Friday 22 March 2013

The War, a Decade Later

There are many reasons for the haze that surrounds Iraq. One of the most important has to do with the ambiguities of the policies behind it. The aims of the war were constantly shifting almost from the beginning. The Bush Administration had already succeeded in its objective of removing Saddam Hussein and his regime before the real war started. Within a few weeks of the fall of Baghdad, it became clear that Saddam’s much-touted arsenal of weapons of mass destruction—one of the principal motives for the war— did not exist.  
The New York Review of Books: The War We Couldn't See, March 20, 2013
You immediately saw the events of 9/11 as a second and more promising opening to assert U.S. supremacy. When riding high a decade earlier, many Americans had thought it either unseemly or unnecessary to lord it over others. Now, with the populace angry and frightened, the idea was likely to prove an easier sell. Although none of the hijackers were Iraqi, within days of 9/11 you were promoting military action against Iraq. Critics have chalked this up to your supposed obsession with Saddam. The criticism is misplaced. The scale of your ambitions was vastly greater.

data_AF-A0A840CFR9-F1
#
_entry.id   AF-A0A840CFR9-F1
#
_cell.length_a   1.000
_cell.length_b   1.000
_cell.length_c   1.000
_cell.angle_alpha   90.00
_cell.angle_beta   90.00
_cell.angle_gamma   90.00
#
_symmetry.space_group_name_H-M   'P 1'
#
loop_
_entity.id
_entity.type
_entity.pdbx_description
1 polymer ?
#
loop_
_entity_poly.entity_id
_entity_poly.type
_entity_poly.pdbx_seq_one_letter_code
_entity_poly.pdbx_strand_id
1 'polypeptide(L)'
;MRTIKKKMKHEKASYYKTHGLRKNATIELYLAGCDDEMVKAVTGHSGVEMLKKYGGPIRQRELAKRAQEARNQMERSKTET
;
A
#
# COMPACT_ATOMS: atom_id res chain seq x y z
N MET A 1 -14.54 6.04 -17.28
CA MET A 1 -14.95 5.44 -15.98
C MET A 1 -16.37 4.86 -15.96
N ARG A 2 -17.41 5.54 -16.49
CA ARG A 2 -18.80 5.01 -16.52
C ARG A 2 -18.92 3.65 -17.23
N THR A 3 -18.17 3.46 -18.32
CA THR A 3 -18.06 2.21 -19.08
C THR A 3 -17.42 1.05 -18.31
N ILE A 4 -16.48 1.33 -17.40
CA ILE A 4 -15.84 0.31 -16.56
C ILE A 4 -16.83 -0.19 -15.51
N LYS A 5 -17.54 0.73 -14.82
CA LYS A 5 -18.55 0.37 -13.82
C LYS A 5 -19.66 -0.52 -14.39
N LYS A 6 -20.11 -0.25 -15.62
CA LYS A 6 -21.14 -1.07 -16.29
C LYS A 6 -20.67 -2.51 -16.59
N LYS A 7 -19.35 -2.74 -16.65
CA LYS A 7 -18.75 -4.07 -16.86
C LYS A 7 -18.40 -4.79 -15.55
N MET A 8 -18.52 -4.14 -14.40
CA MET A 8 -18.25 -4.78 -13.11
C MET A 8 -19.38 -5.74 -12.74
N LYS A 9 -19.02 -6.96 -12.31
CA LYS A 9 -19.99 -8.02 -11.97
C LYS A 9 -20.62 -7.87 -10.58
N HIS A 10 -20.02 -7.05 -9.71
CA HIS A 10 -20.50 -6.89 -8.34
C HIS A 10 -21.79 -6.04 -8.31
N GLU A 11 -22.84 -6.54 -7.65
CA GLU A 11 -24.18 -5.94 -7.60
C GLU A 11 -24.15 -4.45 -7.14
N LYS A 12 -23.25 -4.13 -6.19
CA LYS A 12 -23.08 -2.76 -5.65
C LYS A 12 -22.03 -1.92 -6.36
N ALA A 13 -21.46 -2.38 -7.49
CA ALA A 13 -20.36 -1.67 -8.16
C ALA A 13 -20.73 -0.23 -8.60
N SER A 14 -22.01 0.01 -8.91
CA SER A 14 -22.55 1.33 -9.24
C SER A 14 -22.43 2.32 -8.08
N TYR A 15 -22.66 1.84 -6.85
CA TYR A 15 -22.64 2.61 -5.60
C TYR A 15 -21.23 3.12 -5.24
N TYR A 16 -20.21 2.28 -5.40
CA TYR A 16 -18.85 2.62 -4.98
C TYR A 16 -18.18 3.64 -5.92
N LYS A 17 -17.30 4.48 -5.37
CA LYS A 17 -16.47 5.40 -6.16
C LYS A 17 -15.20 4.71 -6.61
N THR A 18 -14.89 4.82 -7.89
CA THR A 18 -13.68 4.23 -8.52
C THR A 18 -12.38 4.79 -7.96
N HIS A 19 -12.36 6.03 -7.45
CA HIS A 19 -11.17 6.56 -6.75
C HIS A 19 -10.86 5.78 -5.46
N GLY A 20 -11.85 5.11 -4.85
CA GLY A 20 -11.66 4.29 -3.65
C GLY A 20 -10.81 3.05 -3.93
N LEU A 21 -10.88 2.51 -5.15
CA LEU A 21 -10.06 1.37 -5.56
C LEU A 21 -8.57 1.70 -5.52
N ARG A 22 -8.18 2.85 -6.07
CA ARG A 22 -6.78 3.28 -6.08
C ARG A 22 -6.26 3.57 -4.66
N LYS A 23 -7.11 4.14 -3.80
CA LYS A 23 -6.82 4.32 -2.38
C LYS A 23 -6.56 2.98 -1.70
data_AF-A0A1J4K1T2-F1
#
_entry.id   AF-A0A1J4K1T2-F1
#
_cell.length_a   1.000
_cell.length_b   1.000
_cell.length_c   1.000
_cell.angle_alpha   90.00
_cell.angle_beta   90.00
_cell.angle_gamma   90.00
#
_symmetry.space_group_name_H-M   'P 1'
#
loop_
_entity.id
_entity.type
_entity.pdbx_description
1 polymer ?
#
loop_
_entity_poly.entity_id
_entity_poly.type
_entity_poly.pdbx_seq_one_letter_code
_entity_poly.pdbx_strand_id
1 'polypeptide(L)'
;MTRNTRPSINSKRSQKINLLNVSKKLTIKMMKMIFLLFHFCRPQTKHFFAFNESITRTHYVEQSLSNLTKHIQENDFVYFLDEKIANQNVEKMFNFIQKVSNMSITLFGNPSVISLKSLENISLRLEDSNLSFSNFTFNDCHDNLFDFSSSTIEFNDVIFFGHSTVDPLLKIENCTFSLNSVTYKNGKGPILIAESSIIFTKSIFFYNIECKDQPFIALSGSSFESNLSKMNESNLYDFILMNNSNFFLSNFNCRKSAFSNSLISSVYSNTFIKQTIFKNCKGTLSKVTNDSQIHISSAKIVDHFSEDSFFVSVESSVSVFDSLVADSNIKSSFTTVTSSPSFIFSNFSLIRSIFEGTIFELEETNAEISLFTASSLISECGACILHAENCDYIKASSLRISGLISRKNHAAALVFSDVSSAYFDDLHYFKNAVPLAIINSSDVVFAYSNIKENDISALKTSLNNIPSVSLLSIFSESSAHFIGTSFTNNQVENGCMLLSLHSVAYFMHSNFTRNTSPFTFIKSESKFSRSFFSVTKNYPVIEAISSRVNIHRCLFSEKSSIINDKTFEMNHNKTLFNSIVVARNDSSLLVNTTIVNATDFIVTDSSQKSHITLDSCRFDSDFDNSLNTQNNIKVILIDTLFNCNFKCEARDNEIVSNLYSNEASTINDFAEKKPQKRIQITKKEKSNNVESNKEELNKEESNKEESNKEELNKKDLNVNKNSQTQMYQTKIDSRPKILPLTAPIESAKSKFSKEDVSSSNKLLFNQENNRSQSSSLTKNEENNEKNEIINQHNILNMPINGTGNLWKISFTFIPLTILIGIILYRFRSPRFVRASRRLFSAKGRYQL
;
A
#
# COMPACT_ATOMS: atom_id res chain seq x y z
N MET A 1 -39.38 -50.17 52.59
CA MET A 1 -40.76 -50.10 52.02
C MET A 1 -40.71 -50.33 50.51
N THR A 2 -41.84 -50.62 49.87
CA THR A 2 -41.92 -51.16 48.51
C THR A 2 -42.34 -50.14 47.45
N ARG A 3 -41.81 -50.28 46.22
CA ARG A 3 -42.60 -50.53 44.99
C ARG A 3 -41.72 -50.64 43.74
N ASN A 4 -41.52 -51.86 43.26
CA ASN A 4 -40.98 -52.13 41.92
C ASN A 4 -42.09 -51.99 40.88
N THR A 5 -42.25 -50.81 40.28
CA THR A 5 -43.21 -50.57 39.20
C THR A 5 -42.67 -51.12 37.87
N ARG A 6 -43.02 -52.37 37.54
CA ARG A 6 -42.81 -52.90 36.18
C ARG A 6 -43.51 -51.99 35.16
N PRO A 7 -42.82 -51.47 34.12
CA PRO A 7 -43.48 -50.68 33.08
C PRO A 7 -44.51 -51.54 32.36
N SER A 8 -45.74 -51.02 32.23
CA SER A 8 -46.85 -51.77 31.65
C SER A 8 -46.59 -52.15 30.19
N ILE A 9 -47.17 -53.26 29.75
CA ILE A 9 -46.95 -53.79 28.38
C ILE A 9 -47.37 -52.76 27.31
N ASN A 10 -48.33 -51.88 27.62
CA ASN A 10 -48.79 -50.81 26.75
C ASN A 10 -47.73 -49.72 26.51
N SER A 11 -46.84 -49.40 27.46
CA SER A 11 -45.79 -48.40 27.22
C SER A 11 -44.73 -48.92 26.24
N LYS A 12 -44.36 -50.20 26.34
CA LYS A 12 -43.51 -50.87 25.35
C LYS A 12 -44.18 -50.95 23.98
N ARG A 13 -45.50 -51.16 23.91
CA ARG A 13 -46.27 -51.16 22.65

In an instant, you grasped that the attacks provided a fresh opportunity to implement Wohlstetter’s Precepts, and Iraq offered a made-to-order venue. “We cannot wait to act until the threat is imminent,” you said in 2002. Toppling Saddam Hussein would validate the alternative to waiting. In Iraq the United States would demonstrate the efficacy of preventive war. 
Harper's Magazine: A Letter to Paul Wolfowitz, March 2013 

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